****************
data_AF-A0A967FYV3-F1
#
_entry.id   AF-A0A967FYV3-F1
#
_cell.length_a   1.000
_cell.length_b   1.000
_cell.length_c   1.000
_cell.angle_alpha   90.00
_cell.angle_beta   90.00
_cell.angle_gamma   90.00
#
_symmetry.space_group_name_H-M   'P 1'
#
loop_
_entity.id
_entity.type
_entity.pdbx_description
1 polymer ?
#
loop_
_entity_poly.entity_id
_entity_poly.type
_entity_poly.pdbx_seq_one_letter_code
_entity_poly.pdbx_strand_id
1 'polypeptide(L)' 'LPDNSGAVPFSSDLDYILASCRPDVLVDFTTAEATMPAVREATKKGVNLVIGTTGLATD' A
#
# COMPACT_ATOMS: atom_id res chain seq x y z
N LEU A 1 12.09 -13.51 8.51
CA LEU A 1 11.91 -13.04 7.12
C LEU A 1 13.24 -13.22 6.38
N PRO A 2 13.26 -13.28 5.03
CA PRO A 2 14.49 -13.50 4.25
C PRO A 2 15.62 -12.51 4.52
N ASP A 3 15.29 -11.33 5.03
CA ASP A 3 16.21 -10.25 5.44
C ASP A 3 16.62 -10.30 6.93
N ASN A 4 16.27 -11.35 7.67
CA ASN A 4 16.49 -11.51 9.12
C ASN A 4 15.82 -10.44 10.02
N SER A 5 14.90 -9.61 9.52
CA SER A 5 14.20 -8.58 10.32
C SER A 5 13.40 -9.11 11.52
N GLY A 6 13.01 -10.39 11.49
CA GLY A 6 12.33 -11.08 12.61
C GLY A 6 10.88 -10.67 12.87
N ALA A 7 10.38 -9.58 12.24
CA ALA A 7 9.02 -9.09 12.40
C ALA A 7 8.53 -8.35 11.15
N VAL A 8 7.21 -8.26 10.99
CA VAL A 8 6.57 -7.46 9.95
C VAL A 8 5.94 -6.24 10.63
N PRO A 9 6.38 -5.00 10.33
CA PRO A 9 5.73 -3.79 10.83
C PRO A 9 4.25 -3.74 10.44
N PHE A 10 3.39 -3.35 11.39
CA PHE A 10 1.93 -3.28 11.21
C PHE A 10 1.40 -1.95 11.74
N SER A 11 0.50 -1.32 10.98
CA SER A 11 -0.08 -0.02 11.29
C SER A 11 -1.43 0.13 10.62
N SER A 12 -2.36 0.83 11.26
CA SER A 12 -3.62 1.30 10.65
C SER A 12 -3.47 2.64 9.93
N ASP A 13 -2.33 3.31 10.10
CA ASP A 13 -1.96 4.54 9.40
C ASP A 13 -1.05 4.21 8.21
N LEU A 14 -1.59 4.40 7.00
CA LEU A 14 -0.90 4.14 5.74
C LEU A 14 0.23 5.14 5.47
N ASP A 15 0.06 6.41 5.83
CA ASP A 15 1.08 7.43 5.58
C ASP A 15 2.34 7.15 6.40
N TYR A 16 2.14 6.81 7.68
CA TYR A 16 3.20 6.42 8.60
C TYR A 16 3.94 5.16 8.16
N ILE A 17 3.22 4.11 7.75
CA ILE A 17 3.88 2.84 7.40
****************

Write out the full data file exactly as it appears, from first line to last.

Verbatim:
data_AF-A0A967FYV3-F1
#
_entry.id   AF-A0A967FYV3-F1
#
_cell.length_a   1.000
_cell.length_b   1.000
_cell.length_c   1.000
_cell.angle_alpha   90.00
_cell.angle_beta   90.00
_cell.angle_gamma   90.00
#
_symmetry.space_group_name_H-M   'P 1'
#
loop_
_entity.id
_entity.type
_entity.pdbx_description
1 polymer ?
#
loop_
_entity_poly.entity_id
_entity_poly.type
_entity_poly.pdbx_seq_one_letter_code
_entity_poly.pdbx_strand_id
1 'polypeptide(L)' 'LPDNSGAVPFSSDLDYILASCRPDVLVDFTTAEATMPAVREATKKGVNLVIGTTGLATD' A
#
# COMPACT_ATOMS: atom_id res chain seq x y z
N LEU A 1 12.09 -13.51 8.51
CA LEU A 1 11.91 -13.04 7.12
C LEU A 1 13.24 -13.22 6.38
N PRO A 2 13.26 -13.28 5.03
CA PRO A 2 14.49 -13.50 4.25
C PRO A 2 15.62 -12.51 4.52
N ASP A 3 15.29 -11.33 5.03
CA ASP A 3 16.21 -10.25 5.44
C ASP A 3 16.62 -10.30 6.93
N ASN A 4 16.27 -11.35 7.67
CA ASN A 4 16.49 -11.51 9.12
C ASN A 4 15.82 -10.44 10.02
N SER A 5 14.90 -9.61 9.52
CA SER A 5 14.20 -8.58 10.32
C SER A 5 13.40 -9.11 11.52
N GLY A 6 13.01 -10.39 11.49
CA GLY A 6 12.33 -11.08 12.61
C GLY A 6 10.88 -10.67 12.87
N ALA A 7 10.38 -9.58 12.24
CA ALA A 7 9.02 -9.09 12.40
C ALA A 7 8.53 -8.35 11.15
N VAL A 8 7.21 -8.26 10.99
CA VAL A 8 6.57 -7.46 9.95
C VAL A 8 5.94 -6.24 10.63
N PRO A 9 6.38 -5.00 10.33
CA PRO A 9 5.73 -3.79 10.83
C PRO A 9 4.25 -3.74 10.44
N PHE A 10 3.39 -3.35 11.39
CA PHE A 10 1.93 -3.28 11.21
C PHE A 10 1.40 -1.95 11.74
N SER A 11 0.50 -1.32 10.98
CA SER A 11 -0.08 -0.02 11.29
C SER A 11 -1.43 0.13 10.62
N SER A 12 -2.36 0.83 11.26
CA SER A 12 -3.62 1.30 10.65
C SER A 12 -3.47 2.64 9.93
N ASP A 13 -2.33 3.31 10.10
CA ASP A 13 -1.96 4.54 9.40
C ASP A 13 -1.05 4.21 8.21
N LEU A 14 -1.59 4.40 7.00
CA LEU A 14 -0.90 4.14 5.74
C LEU A 14 0.23 5.14 5.47
N ASP A 15 0.06 6.41 5.83
CA ASP A 15 1.08 7.43 5.58
C ASP A 15 2.34 7.15 6.40
N TYR A 16 2.14 6.81 7.68
CA TYR A 16 3.20 6.42 8.60
C TYR A 16 3.94 5.16 8.16
N ILE A 17 3.22 4.11 7.75
CA ILE A 17 3.88 2.84 7.40